let topic = 'devices/' + Cfg.get('') + '/messages/events/';

Timer.set(1000, true /* repeat */, function() {
 let msg = JSON.stringify({ ram: Sys.free_ram() });
 let ok =, msg, 1);
 print(ok, topic, '->', msg);
 }, null);

We can then see the telemetry being sent to our Azure IOT Hub using MQTT. In the Device Logs after the datestamp and before device/ if you see a 0 instead of 1 (as shown below) then your conenction information or SAS Token is not correct.

Mongoose IOT Events.png

On the Auzre IoT side we can then check the metrics and see the incoming telemetry using the counter Telemetry Metrics Sent as shown below.

Telemetry Metrics Sent.PNG

If you don’t have an IoT Device you can simulate one using PowerShell. The following example shows sending a message to our IoT Hub (using variables from previous scripts).

$deviceParams = @{
 iotConnString = $IoTConnectionString
 deviceId = $deviceID
$deviceKeys = Get-IoTDeviceKey @deviceParams 
# Get Device 
$device = Get-IoTDeviceClient -iotHubUri $IOTHubDeviceURI -deviceId $deviceID -deviceKey $deviceKeys.DevicePrimaryKey

# Send Message
$deviceMessageParams = @{
 deviceClient = $device
 messageString = "Azure IOT Hub"
Send-IoTDeviceMessage -deviceClient $deviceMessageParams


Using PowerShell we have quickly been able to;

  • Create an Azure IoT Hub
  • Register an IoT Device
  • Generate the SAS Token for the IoT Device to authenticate to our IoT Hub with
  • Configure our IoT Device to send telemetry to our Azure IoT Hub and verify integration/connectivity

We are now ready to implement logic onto our IoT Device for whatever it is you are looking to achieve.

New Laptop time. What do I need and what did I buy?

I joined the IT Industry as a full-time career in January 1992. It’s now January 2018 and in June ’17 last year I bought my very first laptop. WTF? 26 years and you’ve never bought a laptop? Yep. For all of my career I’ve worked for IT integrators and have been supplied with the core equipment required to perform my role. Which obviously includes a laptop. I’ve had a myriad of them and have even performed the evaluation of them to recommend what to purchase for technical staff. From memory I’ve used for extended periods laptops for vendors such as Compaq, AST, HP, IBM ThinkPad, Dell, Microsoft (Surface RT/Pro), and Lenovo ThinkPads.

So when it came time to purchase my own and now that I and a lot of us are in the BYOD (Bring Your Own Desktop) cycle, and we’re in a highly IaaS/SaaS/PaaS world what do you buy? How do you work these days and what do you need from your daily interface into the world of an IT/Identity Professional? Here is the process I went through when evaluating my purchase last year.

What don’t I do anymore?

  • I don’t run virtual machines anymore on my laptop. I used to do that a lot, either for customer pre-sale demo’s or for development of solutions.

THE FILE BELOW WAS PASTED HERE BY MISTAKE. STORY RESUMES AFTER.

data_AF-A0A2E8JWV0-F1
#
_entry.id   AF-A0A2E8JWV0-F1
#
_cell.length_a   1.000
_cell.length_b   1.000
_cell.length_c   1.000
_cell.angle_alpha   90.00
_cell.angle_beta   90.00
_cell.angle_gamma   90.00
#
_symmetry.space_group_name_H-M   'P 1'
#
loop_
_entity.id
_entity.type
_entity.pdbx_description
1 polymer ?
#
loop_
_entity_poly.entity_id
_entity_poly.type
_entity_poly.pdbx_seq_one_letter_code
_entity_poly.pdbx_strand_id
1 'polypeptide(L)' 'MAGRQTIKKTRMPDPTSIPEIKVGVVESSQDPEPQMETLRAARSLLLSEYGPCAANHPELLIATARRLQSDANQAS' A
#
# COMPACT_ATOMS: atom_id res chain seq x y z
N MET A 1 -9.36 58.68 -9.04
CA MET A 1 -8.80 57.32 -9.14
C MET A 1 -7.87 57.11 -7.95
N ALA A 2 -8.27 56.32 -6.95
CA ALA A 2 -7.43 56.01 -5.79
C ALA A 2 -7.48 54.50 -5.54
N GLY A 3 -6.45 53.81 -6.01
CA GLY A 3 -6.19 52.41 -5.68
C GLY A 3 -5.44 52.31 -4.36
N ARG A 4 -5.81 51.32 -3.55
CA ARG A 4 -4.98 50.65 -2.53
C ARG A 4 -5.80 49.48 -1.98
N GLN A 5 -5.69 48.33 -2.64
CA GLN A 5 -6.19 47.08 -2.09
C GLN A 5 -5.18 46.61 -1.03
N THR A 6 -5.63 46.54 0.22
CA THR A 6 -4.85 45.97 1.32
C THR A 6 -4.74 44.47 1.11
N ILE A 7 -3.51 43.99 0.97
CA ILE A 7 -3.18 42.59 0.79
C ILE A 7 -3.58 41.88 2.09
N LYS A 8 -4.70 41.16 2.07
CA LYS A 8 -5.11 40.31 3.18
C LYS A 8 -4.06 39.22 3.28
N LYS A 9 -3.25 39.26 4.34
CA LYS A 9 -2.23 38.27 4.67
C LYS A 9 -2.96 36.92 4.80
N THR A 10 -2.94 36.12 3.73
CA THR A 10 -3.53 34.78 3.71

• I don’t have all my documents located on my laptop anymore. They are in a cloud service and I can access them quickly when required which is pretty irregular. Everything I require regularly is sync’d.

What do I do?

  • I use the Microsoft Office 365 Suite along with Visio and Project. Between those and a browser, that is my regularly day.
  • For development I primarily have virtual machines in Azure with the environment(s) required. These replaced running VM’s on my laptop.

What did I want?

In essence what I considered mandatory were;

  1. Life of the unit needs to be 3yrs. 3yrs of fully functioning everyday use. Not 2 yrs. and limping along for the 3rd
    • This feed into decision points for Processor and RAM requirements. Keep in mind a number of laptops will have to remain the spec that you purchase them at. That is you cannot increase the amount of RAM, replace the battery, hard disk etc. Think you’ll need/require 16Gb of RAM, then you need to buy it with that now.
  2. The laptop and power supply must be slimline and light being that it gets lugged around everywhere and often counted against me for weight on carry-on airlines in Australia and New Zealand. As a sidenote I also wanted to downsize my daily work bag.
    • This feed into decision points for screen size laptop type. Convertibles, 2-in-1 etc.
  3. Budget
    1. Having not purchased a laptop recently (or ever) I didn’t really have a grasp on what you got for your $$$. Ideally I love to only spend $2000 and I figured I should be able to get something better than what I had that was reaching end of life.
      • I had been using a Lenovo X1 Carbon for the last 3yrs. It had an i5 Proc, 8Gb RAM, 160Gb HDD, touch screen and finger scanner. Ideally I just wanted to double all of that with its successor.
  4. Optional/Nice to have
    • Stylus, pencil pointing drawing thing. Not sure I’ll use it, but would consider it
    • 4/5G SIM port. As a consultant I’m always mobile. Having the SIM in the device would be great rather than having another unit in the bag each day as a mobile access point

What did I find?

I found out pretty quick, that when you hit the latest i7 Processor, 16Gb of RAM and 512Gb of HDD spec machines you are instantly in the AU$2500-AU$3000 territory.

Looking around at what I got for that and from manufacturers I’d had positive experiences with left me with a pretty short list:

  1. Lenovo X1 Carbon Gen5
    • This unit was available and had most of what I had on my list. The gap though was it wasn’t touch screen.
  2. Dell XPS
    • I’ve had positive and negative experiences with Dell over the years. A number of my colleagues are using the Dell XPS series of machines with varying degrees of reliability.